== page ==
I don't think of it as a death cap. And I still have a 2 prong plug on my amp. Whatever, do not stand in water, while playing the guitar! { maybe a ground cord IS good - not trying to argue that point...) If you or I DID connect a grounded cord, then you need to be careful to get the polarity of the AC wires correct, because it will usually hum if the hot and neutral wires are reversed. You could check with an AC volt meter, to make sure there is no voltage potential between the chassis, and your house ground... if you are going out and gigging with the amp, then, perhaps, a grounded cord would be a good idea.

I'll have to research a little, to figure out why the tremelo gets stuck...

Regards,

 

JAM

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  • 2 months later...

I had one of those re-done awhile back. Basically, you just need to have the "Big Paper" power caps replaced. 3 Prong cord isn't a bad idea either.

 

Before: my amp gave free shocks, trem made weird buzzing sounds, Amp was noisy

After: Amp is Quiet, No Shocks, no trem works well.

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  • 4 weeks later...
  • 5 months later...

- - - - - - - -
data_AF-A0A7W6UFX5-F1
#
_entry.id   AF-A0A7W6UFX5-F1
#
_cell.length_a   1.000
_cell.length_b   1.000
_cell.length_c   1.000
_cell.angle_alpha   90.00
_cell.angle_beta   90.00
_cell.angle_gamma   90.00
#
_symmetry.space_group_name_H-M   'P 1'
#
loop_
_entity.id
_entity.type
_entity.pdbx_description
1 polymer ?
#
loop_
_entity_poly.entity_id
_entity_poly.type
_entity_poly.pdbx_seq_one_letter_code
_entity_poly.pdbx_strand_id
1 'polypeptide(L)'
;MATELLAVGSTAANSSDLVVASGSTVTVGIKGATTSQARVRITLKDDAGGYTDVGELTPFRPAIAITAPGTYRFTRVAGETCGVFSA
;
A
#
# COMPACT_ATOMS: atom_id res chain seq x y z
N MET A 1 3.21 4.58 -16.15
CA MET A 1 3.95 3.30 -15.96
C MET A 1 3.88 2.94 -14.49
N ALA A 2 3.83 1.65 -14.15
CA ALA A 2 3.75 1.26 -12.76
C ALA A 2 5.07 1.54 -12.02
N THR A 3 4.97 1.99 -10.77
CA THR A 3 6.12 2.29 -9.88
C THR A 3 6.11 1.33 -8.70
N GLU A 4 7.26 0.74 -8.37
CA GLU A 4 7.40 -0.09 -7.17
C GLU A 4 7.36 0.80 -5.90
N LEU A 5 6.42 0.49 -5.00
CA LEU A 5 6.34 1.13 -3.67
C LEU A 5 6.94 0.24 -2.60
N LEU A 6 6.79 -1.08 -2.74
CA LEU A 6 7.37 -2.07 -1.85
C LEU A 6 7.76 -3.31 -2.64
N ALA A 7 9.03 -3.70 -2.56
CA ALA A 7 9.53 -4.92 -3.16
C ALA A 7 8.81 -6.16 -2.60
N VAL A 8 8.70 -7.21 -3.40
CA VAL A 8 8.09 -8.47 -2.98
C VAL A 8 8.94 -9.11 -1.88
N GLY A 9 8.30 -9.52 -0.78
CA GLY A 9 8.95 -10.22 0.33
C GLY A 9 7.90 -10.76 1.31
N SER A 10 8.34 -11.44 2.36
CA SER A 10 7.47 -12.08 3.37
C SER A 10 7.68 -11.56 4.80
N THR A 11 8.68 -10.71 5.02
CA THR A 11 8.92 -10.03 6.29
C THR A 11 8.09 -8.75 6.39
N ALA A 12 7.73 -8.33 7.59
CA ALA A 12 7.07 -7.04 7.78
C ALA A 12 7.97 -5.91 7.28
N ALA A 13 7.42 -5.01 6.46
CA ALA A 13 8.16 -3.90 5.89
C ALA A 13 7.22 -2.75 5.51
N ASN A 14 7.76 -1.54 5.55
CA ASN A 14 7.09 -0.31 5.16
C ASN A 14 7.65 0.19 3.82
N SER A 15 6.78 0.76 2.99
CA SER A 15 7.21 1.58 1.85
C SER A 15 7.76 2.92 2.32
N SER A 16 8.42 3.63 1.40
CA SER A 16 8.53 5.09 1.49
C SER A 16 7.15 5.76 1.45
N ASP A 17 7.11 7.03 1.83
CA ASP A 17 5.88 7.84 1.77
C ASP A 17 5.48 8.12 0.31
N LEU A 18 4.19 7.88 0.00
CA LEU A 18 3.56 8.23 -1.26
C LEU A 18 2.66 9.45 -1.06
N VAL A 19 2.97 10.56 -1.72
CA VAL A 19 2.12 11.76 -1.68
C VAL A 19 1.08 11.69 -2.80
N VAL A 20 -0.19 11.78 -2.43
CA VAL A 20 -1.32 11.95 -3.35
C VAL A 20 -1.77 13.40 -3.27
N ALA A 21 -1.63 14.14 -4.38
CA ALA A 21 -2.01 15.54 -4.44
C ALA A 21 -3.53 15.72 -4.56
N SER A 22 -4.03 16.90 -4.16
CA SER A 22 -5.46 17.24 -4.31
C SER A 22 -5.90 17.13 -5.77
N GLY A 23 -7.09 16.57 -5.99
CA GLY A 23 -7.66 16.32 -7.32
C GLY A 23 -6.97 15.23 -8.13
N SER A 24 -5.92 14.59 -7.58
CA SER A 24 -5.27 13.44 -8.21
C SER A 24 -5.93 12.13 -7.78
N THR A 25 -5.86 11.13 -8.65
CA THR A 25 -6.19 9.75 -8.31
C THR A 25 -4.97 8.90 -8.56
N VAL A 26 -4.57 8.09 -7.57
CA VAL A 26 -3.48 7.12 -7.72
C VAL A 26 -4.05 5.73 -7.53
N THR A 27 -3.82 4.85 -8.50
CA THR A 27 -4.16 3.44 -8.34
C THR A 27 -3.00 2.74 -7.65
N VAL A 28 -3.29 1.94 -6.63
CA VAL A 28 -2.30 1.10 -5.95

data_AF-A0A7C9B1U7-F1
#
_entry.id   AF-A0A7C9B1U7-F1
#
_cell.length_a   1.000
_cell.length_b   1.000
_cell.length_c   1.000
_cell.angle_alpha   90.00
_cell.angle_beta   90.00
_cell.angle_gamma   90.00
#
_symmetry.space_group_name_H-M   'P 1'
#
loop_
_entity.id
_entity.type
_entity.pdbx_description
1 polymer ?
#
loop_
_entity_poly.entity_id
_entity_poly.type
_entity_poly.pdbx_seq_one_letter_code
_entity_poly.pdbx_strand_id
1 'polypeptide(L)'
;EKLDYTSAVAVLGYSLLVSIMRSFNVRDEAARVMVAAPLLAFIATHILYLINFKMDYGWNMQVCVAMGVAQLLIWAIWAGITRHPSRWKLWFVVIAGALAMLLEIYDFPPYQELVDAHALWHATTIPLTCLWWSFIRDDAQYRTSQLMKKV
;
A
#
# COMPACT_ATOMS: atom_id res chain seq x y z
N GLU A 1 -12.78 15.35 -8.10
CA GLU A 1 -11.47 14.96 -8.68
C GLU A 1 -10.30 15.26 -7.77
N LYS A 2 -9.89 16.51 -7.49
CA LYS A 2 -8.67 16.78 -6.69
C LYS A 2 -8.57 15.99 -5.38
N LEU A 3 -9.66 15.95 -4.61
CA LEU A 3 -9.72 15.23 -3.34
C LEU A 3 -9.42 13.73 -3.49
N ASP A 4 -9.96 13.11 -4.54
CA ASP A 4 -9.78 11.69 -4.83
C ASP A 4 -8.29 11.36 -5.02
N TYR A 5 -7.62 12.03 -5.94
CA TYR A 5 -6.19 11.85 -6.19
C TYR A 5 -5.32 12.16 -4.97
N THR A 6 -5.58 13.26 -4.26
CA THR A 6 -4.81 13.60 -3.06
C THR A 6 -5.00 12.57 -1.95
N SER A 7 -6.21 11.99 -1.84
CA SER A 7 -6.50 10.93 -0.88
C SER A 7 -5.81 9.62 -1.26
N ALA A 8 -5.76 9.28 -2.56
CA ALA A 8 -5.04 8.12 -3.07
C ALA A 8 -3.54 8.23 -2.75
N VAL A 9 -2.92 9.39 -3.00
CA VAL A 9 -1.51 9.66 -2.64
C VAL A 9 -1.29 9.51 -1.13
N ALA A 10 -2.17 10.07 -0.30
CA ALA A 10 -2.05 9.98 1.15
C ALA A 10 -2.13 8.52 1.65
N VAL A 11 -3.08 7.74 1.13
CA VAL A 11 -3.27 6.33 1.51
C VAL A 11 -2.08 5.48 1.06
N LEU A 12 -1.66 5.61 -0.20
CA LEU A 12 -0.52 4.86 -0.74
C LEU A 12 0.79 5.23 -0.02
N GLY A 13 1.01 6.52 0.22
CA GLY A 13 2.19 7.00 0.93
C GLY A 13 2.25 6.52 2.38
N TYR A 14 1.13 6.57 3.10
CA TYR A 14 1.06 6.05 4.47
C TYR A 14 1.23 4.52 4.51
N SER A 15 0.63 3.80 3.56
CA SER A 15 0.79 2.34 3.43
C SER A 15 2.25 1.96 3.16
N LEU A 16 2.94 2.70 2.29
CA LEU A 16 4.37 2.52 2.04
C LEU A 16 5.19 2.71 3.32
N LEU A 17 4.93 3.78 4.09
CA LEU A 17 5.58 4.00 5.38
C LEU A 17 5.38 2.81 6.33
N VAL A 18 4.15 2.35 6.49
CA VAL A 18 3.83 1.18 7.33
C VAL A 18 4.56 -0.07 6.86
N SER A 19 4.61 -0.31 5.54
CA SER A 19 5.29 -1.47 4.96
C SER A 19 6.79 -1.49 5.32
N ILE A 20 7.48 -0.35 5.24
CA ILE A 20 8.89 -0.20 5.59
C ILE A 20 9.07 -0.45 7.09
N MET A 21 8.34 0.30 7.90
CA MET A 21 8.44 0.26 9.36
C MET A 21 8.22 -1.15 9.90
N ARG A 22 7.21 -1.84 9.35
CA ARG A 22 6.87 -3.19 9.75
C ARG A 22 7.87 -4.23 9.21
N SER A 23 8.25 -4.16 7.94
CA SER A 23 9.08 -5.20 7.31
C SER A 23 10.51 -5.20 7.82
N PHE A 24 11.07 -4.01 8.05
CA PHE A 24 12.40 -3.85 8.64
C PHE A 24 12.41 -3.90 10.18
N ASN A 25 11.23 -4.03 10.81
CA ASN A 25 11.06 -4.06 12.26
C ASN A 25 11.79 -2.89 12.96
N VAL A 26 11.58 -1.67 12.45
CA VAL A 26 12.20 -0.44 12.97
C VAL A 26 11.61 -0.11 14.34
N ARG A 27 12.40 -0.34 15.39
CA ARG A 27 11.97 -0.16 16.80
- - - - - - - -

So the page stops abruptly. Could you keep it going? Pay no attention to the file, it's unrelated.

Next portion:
I've got a 59 GA-18T Explorer and a 59 GA-8 Gibsonette and both came with the original 2 prong plug. The GA-18T I immediately took it to my amp tech and had the cord changed to a grounded cord. The GA-8 I got it a couple of months ago and waited to have the plug changed. I was playing it one day and was touching the strings of my guitar and went to turn it off and it gave me a buzz that I won't forget for a while. Needless to say it was in the shop the next day getting its plug changed too. I would defintely recommend switching to a grounded plug. I told them I wanted to keep the original cord tho which I keep in the bottom of the amp.

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  • 8 years later...

Greetings y’all, let me start off by saying I am not a guitar player but a, ahem , drummer. I have a Gibson skylark that was gifted to me and I am looking to replace the speaker. It currently has a radio shack 60 watt (I think) speaker, my guitar player buddy told me that since this is only a 6 watt amp that it can’t push that speaker to get the crunch you would want to have. I have had this amp for a few years, had it serviced by a local reputable technician and just noticed the improper speaker the other day. What would be a good replacement speaker for this amp, made in USA preferred.

 Thanks much 

Peter

 

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20 hours ago, Bill Moore said:

Peter, if it sounds good don't change it! You need to worry about having too little reserve, not too much. I can attest that having an 18W Marshall plugged into a Marshall 4-12 cab with Celestions is a really glorious sound!

I guess it’s a bit to clean.